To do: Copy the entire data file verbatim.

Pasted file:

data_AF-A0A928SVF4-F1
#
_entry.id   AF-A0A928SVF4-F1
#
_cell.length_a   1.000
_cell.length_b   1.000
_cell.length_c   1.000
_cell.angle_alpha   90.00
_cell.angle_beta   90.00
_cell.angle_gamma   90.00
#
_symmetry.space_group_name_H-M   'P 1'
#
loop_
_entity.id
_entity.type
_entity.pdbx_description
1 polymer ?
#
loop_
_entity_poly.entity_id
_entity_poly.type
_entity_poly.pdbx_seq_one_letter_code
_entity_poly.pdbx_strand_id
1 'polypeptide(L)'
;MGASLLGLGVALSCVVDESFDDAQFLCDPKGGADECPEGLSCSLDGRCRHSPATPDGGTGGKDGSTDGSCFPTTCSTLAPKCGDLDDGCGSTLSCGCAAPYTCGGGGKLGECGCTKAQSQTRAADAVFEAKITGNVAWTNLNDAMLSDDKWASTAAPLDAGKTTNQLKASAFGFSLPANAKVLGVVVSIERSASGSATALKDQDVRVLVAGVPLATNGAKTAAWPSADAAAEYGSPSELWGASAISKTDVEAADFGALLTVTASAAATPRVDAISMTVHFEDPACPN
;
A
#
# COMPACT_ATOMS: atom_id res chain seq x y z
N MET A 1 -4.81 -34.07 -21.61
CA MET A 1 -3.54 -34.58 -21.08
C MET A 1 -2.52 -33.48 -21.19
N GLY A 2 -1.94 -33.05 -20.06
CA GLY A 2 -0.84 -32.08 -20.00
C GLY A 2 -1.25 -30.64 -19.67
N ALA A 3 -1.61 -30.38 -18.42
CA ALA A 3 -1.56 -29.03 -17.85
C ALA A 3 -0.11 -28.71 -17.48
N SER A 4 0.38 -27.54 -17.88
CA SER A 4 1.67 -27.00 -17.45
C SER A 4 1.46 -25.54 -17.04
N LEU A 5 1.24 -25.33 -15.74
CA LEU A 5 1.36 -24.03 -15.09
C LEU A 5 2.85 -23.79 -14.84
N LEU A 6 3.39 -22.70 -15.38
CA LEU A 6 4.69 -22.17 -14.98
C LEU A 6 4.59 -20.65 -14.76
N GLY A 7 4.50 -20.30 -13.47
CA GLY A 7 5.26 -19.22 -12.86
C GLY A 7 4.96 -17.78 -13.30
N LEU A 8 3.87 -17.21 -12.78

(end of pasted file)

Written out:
data_AF-A0A928SVF4-F1
#
_entry.id   AF-A0A928SVF4-F1
#
_cell.length_a   1.000
_cell.length_b   1.000
_cell.length_c   1.000
_cell.angle_alpha   90.00
_cell.angle_beta   90.00
_cell.angle_gamma   90.00
#
_symmetry.space_group_name_H-M   'P 1'
#
loop_
_entity.id
_entity.type
_entity.pdbx_description
1 polymer ?
#
loop_
_entity_poly.entity_id
_entity_poly.type
_entity_poly.pdbx_seq_one_letter_code
_entity_poly.pdbx_strand_id
1 'polypeptide(L)'
;MGASLLGLGVALSCVVDESFDDAQFLCDPKGGADECPEGLSCSLDGRCRHSPATPDGGTGGKDGSTDGSCFPTTCSTLAPKCGDLDDGCGSTLSCGCAAPYTCGGGGKLGECGCTKAQSQTRAADAVFEAKITGNVAWTNLNDAMLSDDKWASTAAPLDAGKTTNQLKASAFGFSLPANAKVLGVVVSIERSASGSATALKDQDVRVLVAGVPLATNGAKTAAWPSADAAAEYGSPSELWGASAISKTDVEAADFGALLTVTASAAATPRVDAISMTVHFEDPACPN
;
A
#
# COMPACT_ATOMS: atom_id res chain seq x y z
N MET A 1 -4.81 -34.07 -21.61
CA MET A 1 -3.54 -34.58 -21.08
C MET A 1 -2.52 -33.48 -21.19
N GLY A 2 -1.94 -33.05 -20.06
CA GLY A 2 -0.84 -32.08 -20.00
C GLY A 2 -1.25 -30.64 -19.67
N ALA A 3 -1.61 -30.38 -18.42
CA ALA A 3 -1.56 -29.03 -17.85
C ALA A 3 -0.11 -28.71 -17.48
N SER A 4 0.38 -27.54 -17.88
CA SER A 4 1.67 -27.00 -17.45
C SER A 4 1.46 -25.54 -17.04
N LEU A 5 1.24 -25.33 -15.74
CA LEU A 5 1.36 -24.03 -15.09
C LEU A 5 2.85 -23.79 -14.84
N LEU A 6 3.39 -22.70 -15.38
CA LEU A 6 4.69 -22.17 -14.98
C LEU A 6 4.59 -20.65 -14.76
N GLY A 7 4.50 -20.30 -13.47
CA GLY A 7 5.26 -19.22 -12.86
C GLY A 7 4.96 -17.78 -13.30
N LEU A 8 3.87 -17.21 -12.78